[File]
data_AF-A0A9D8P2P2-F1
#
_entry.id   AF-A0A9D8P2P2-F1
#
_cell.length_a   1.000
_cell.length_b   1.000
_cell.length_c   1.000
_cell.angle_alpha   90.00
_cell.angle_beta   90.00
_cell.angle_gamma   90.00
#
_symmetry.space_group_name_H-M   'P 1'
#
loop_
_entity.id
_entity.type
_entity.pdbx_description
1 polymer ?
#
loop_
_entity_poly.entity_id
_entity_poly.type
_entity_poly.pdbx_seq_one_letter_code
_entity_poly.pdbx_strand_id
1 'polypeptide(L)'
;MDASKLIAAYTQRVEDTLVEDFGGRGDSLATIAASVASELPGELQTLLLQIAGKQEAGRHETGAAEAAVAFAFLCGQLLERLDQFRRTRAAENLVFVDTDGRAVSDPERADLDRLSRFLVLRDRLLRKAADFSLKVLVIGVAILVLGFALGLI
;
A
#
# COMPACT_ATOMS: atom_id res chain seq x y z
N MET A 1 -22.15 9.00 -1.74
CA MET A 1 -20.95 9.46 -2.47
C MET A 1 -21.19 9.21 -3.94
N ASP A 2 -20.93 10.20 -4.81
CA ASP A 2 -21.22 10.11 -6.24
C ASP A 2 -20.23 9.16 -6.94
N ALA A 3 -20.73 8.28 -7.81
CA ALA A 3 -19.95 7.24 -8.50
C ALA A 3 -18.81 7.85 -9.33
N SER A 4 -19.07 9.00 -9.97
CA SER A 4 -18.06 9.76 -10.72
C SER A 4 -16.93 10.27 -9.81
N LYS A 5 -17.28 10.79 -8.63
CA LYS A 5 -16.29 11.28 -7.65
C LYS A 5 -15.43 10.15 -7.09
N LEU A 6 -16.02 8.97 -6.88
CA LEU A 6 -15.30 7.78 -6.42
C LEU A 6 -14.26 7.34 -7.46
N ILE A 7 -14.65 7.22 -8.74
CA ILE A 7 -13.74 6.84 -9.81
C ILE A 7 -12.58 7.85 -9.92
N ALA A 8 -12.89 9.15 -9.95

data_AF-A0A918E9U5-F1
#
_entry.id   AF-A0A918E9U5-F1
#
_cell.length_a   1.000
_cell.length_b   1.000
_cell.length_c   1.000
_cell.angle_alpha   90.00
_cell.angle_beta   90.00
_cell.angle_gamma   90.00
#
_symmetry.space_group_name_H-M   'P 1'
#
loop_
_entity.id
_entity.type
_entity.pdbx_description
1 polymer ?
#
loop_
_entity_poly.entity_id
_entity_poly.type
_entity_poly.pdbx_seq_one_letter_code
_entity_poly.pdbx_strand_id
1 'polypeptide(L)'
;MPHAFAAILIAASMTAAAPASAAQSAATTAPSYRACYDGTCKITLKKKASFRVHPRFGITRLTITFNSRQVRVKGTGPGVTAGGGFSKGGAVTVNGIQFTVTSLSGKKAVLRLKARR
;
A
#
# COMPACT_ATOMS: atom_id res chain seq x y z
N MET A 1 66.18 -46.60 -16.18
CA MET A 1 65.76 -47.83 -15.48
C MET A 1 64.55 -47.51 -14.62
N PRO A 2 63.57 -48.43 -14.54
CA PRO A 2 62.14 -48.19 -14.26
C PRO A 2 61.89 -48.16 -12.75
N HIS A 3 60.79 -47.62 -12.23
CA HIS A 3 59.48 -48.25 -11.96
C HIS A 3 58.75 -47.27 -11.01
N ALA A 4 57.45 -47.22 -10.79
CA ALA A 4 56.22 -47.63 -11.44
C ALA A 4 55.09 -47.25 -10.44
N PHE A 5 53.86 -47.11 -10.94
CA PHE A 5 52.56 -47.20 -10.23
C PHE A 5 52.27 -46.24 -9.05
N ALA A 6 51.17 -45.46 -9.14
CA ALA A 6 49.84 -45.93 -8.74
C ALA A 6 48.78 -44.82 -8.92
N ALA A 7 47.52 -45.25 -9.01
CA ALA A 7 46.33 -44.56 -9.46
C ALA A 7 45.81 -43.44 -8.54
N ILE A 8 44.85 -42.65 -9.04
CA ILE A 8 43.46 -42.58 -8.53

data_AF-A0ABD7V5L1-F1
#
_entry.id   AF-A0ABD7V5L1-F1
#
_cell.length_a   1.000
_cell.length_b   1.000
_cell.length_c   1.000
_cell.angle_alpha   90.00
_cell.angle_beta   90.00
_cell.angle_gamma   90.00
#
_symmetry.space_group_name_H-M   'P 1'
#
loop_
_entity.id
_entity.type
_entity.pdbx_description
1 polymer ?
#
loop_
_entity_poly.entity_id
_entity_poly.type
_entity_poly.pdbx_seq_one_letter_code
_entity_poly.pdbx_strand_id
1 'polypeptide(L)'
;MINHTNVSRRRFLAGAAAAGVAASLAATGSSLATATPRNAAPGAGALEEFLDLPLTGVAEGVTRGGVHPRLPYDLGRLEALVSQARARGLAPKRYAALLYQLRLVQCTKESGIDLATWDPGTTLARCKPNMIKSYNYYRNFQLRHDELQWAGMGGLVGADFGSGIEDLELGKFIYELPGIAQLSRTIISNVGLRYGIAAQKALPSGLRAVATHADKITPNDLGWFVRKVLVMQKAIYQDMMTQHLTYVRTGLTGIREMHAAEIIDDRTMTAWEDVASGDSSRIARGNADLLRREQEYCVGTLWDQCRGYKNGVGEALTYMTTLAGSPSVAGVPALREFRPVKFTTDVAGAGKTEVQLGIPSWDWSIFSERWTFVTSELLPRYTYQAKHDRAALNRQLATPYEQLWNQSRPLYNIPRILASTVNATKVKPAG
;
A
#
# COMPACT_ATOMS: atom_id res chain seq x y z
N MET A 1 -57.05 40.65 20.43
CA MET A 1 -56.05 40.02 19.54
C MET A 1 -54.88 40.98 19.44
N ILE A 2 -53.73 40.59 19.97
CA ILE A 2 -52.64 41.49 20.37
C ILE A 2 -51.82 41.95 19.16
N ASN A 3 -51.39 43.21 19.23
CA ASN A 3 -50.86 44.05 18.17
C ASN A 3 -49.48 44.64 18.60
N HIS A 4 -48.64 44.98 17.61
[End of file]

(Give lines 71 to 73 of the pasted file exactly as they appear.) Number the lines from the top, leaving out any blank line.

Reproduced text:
#
loop_
_entity_poly.entity_id